Who first conundrum surrounding product innovation and user needs

Recently, Don Norman, from The Nielsen Norman Group, posted (Technology First, Needs Last) what seems to be a provocative assertion that in product design, technology comes first, then it’s user needs. Put another way, of all the notable innovation to emerge the driver was technology (and not what UX design folk universally believe –  user observation and ethnography). Norman cites examples of how new products evolve when technologist take existing products and serendipitously produce innovative products. The examples include: “The Airplane, The Automobile, The Telephone, The Radio, The Television, The Computer, The Personal Computer, The Internet, SMS Text Messaging, and The Cellphone”

While still relatively new to the field of interaction design and all its associated family of off-shoots, I’ve found myself at a cross road of understanding. I’m looking for some clear thinking of what truly exists (of possible). The most frusting thing about the aforementioned assertions is it’s personally frustrating that I have no absolute stance. Let me continue and take a stab at it at this posts conclusion.

I’m currently reading Alan Coopers’, The Inmates Are Running The Asylum, in which Cooper begins by arguing that in a world of products operated by computer chips, products are being designed that do exactly what their programmers instruct them to do with very little user empathy. From his writings I deduce Cooper implies that we need to do more ethnography so that products offer better support and function to its users. Where technology leads it seems difficult to achieve this.

In James Kalbach’s post, Don Norman on Ethnography and Innovation, he counters Norman’s Edison example deducing:

“It would also appear that Edison did a type of ethnographic observation in inventing the light bulb”

My view of product design and innovation is that before a new product is realised many hours of work goes into understanding what users need or what would help better fulfill a users tasks. Time is spent observing – through ethnography and other methods – users and how they interact with their surroundings. Also, a great deal of time is spent truly understanding exactly what the problems are. Answering the ‘why do we need it?’ questions. After reading Norman’s piece I can see that there are alternative instances where innovation stems from evolution alone (using technology). As the world moves through the technology age, more and more instances of ‘technology-first’ will become evident.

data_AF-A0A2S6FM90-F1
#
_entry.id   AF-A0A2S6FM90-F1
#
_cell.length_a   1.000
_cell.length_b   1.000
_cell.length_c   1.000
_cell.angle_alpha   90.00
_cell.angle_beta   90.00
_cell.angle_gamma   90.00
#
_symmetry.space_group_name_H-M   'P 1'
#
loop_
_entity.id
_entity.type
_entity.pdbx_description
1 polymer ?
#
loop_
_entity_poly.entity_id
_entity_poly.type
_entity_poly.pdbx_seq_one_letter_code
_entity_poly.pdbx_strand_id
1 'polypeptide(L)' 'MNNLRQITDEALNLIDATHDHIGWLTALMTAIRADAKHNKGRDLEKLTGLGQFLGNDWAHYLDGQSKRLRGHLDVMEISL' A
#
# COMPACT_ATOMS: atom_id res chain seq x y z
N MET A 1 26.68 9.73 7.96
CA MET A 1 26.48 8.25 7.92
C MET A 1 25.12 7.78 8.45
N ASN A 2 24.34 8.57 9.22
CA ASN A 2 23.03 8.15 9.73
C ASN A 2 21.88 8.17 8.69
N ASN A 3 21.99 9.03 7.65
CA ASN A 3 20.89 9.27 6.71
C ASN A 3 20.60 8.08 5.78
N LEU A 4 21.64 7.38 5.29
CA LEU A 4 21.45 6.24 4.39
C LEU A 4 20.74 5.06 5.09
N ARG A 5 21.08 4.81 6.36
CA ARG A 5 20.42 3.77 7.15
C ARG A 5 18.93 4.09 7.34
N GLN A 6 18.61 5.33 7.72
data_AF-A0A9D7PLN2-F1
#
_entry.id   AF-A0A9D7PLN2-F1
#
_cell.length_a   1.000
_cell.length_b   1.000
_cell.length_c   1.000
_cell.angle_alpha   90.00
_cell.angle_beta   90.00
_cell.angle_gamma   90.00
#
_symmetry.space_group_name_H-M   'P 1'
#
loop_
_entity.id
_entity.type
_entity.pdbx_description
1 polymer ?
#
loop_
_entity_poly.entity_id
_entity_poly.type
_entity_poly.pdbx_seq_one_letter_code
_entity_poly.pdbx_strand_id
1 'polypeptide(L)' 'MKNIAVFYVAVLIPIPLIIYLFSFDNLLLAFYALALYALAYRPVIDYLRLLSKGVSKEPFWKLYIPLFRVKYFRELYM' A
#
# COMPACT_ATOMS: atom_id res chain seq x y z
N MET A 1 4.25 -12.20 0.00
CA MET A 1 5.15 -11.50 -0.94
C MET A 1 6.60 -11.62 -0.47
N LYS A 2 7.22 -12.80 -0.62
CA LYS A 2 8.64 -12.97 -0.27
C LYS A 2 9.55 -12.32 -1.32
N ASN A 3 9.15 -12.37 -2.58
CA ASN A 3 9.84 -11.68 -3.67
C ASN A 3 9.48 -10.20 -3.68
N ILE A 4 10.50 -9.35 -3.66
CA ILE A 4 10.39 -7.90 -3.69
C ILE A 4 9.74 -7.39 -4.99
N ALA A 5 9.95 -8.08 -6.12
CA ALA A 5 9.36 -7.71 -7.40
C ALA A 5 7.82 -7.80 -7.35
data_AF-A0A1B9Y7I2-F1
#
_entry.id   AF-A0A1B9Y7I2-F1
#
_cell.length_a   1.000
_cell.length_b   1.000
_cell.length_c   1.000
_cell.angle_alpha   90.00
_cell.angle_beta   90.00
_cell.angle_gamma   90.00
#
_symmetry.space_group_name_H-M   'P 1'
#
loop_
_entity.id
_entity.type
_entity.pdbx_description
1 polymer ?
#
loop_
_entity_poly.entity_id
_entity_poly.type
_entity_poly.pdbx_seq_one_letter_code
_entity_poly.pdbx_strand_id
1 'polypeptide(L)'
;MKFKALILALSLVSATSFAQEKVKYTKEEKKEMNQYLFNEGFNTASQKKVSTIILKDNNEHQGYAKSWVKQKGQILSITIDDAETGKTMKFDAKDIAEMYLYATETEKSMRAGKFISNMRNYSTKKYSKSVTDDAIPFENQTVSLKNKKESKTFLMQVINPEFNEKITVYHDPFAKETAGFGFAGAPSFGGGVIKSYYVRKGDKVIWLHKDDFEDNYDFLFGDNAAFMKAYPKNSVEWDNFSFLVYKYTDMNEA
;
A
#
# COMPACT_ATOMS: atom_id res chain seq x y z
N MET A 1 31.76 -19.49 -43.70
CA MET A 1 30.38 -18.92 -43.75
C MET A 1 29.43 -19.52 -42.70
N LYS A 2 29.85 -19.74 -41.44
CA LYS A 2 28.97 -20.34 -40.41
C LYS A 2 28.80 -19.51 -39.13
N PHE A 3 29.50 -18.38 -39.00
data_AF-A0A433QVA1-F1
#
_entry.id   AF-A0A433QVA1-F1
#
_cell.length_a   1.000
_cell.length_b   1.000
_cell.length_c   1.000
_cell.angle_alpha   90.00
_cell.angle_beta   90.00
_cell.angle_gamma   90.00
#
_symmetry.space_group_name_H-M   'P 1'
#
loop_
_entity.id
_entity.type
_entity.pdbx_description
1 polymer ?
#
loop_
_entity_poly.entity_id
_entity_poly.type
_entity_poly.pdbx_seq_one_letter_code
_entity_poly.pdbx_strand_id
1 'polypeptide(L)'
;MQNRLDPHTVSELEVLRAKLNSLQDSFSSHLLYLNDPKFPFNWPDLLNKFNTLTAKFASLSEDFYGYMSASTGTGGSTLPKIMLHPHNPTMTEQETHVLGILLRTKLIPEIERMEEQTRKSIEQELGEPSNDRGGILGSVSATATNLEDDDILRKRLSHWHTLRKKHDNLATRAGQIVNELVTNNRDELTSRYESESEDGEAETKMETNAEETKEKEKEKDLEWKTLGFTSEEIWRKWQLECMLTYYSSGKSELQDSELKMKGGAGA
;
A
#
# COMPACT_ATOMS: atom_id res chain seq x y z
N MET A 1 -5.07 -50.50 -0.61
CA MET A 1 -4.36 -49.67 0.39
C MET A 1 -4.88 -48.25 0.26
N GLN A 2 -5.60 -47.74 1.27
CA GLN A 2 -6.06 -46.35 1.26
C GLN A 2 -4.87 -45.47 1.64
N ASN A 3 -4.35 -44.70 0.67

My views are divided. I fully accept that new products (and services) are created by technologists first, especially nowaday’s for example in web applications, thus supporting Norman’s assertion. But, I also accept that there is a huge and essential role in understanding user needs that leads to innovative products development (and services).

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One thought on “Who first conundrum surrounding product innovation and user needs

  1. Rob,

    Here’s my 2p on this topic.

    Innovation is a funny word. It can mean incremental improvement on existing product, totally new invention or even in some cases simplification of previous products (I.e. The concept of ‘taking things out’ to make things easier to use).

    It is important to understand that people don’t buy/use what they need, but what they want (in most cases), so the rationale of a successful product lies behind many different factors and not just innovation.

    There’s a current trend to think that UX is an answer to everything, but it isn’t and it never will be.

    Many things happen by chance (Twitter) and many others are developed by bunch of nerdy programmers (Google). Many things use UX and suceed or fail miserably if UX has been wrongly used.

    It’s also important to break out of the mould of thinking that there is one approach to solving every type of business problem under the Sun. Same is the case with business processes. It just can’t be done with enforcing through some sort of a law or standard (like ISO), but that usually tends to kill creativity as people become uninovative machines following a prescription in those environments.

    Hope this helps.

    Thanks.

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